Newspaper Page Text
Most of the local Republican poli
ticians, including the Pie-maker,
have been sojourning in the City of
Destiny this week, attending the
.-tale convention, and if you know
anything about state conventions, it
will not take much to convince you
that the most of us are unfit for work
the closing days of the week.
Senator Billie Mason, of Illinois,
is altogether too mouthy for his own
good. To the average Westerner he
is trying to blow hot and blow cold
at the same time. If Mason is going
to support McKinley he ouglit to
quit talking through his hat to Pop
papers, and if he is going to support
jjryan he should come out like a man
and say so. God hates a coward, and
the man that blows hot and cold on
political questions is a political cow
ard. But a few days ago The Times,
a Pop paper, published a long inter
view trom Senator Mason, which in
directly denounced the McKinley ad
ministration; a few days later the
Post-Intelligencer published an in
terview from Senator Mason declar
ing that he was hurrying homeward
to stump the state of Illinois for Mc
ivinley. Mason must like to see his
name in iiaming headlines," which ac
counts for him rushing into print on
first one side of the public question
and then on the other. Take a
stand, Biilie, and then stand as long
as the stand stands.
Perhaps some Seattle folk were
inclined to think that the Pie-maker
at tunes criticised too severely one
Thomas P. Fisk, of this city, sent
here by Levi Ankeny to run the Re
publican politics in the interest of
Ankeny's senatorial candidacy, if so,
the following from the Cowlitz Ad
vocate, from whence Mr. Fisk came,
may throw some light on the situa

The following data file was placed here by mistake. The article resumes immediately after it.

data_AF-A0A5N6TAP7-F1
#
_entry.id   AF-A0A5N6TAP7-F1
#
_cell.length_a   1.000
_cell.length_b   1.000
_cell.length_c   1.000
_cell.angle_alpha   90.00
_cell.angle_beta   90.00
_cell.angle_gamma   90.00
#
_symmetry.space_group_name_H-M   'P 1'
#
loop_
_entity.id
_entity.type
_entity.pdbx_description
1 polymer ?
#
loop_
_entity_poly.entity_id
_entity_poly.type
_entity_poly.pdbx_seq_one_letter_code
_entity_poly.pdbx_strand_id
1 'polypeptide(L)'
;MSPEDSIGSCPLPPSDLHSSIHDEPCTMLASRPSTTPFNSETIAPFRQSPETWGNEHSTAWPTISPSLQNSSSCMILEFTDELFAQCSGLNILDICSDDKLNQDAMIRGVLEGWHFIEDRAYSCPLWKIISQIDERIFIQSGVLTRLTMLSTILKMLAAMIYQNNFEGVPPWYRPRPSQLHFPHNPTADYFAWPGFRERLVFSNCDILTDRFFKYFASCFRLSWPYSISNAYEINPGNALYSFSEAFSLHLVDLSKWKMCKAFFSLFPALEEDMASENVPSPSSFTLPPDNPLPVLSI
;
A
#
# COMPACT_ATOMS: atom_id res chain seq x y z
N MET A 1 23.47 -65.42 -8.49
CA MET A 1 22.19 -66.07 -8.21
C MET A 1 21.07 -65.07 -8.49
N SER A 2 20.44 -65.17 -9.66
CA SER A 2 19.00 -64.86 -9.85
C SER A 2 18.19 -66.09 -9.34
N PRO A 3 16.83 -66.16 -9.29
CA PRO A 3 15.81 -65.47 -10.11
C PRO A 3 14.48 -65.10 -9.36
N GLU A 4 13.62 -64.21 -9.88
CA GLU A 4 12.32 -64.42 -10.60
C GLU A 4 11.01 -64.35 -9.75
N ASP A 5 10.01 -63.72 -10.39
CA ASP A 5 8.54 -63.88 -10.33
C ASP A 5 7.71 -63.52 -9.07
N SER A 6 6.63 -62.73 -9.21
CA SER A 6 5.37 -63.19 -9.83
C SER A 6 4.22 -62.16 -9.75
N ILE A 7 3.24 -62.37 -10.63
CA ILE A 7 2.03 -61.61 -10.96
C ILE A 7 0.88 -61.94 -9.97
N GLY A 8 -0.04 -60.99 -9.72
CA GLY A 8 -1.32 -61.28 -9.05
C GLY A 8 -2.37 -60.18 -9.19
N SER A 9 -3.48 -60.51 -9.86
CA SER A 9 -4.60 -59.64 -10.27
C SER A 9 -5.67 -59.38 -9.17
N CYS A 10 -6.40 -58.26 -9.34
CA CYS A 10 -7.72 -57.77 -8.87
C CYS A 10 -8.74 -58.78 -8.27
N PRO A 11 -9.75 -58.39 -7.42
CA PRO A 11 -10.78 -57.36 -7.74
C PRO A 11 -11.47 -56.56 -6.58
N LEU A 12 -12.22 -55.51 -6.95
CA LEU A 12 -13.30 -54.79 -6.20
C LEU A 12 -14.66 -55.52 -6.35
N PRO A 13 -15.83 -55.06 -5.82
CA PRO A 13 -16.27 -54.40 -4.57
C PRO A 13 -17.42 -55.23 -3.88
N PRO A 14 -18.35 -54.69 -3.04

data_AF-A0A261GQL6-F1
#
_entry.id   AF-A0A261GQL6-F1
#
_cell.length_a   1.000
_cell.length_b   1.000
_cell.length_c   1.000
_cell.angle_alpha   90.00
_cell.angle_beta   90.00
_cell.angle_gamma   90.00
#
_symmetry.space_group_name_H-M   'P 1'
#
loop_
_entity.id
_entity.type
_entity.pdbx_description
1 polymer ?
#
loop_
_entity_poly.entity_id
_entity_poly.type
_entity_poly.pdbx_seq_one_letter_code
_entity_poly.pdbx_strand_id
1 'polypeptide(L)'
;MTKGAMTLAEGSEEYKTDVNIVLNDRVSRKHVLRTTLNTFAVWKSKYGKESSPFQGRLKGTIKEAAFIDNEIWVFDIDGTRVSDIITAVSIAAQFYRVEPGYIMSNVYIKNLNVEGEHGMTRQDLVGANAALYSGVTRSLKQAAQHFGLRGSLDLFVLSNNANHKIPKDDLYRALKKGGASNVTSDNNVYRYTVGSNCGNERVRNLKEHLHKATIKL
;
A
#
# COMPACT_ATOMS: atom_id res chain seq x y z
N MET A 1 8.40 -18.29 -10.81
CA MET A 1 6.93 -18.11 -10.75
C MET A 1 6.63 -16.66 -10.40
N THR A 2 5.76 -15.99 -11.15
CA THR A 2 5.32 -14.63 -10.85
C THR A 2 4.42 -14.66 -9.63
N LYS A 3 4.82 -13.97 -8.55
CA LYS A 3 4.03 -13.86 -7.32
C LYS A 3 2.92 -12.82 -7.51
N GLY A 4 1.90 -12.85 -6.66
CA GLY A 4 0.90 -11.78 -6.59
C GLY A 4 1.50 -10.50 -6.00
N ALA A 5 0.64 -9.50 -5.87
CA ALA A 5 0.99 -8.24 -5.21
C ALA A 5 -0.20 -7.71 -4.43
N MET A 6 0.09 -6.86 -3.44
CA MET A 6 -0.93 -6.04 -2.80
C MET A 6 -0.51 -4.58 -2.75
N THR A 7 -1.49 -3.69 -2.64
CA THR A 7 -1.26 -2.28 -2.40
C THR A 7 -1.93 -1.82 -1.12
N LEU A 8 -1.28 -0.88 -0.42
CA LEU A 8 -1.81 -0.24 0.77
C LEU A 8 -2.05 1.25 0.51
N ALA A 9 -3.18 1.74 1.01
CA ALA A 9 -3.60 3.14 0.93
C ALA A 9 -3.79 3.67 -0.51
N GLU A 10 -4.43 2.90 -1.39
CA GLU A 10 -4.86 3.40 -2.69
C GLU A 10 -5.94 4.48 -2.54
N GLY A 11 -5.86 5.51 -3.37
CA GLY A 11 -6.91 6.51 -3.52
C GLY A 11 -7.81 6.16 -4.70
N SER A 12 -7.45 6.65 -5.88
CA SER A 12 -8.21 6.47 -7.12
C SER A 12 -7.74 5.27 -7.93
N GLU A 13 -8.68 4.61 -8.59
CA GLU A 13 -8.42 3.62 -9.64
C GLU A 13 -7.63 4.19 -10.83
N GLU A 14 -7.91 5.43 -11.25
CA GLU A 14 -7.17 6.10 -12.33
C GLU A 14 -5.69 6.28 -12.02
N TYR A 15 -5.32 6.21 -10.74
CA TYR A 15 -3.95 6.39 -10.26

The Hon. Thomas Polonius Fisk,
who from his obscurity as a "country
lawyer, ventured out upon a sea of
glory" as an Ankeny booster and was
carried by the tide mto some promi
nence as a politician, moved to Se
attle, and lias been laboring for
1J nines, now linds ilk* '"high-blown"
bladder has been pricked, and he is
likely to be left "naked before his
enemies." Alas for Thomas! Alas
for ail young men of modest talent
who would seek fame and-fortune in
It begins to look as though even
Seattle folk are waking up to their
sense of moral duty from a political
standpoint, and do not propose to
continue to elect men to office who
nave no other n'tness for the place
they seek than that they are able to
swing a certain tenderloin vote.
Men who cater to such a lot of vot
ing cattle should be let. severely
alone by the good citizens of any
city or community, for you can rest
assured that they never support any
man without first obtaining from
him a promise or a pledge that so far
as they are concerned such officers
of the law will do all in their power
to always be looking the other way
when a tenderloiner is trying to
escape the clutches of the law.
While it cannot be said that only ten
derloiners supported Mr. McEiroy,
yet it can be said that tenderloiners
almost unanimously supported him,
Mr. Ronald is something of a church
man and allies himself to that class
of citizens in preference to the ten
derloiners, and in the late primary
contest it was the moral element that
pulled him through. In other
words, it was not that the Democrats
loved McEiroy less or Ronald more,
San Diego Fruit
415 PIKE STREET
Has Double the Stock.
The Greatest Variety and
The Best Fruit of any house
in the fruit line in Seattle.
PRICES ARE ALWAYS RIGHT
Come and See Us When in Need
in Our Line.
but decency slapping indecency in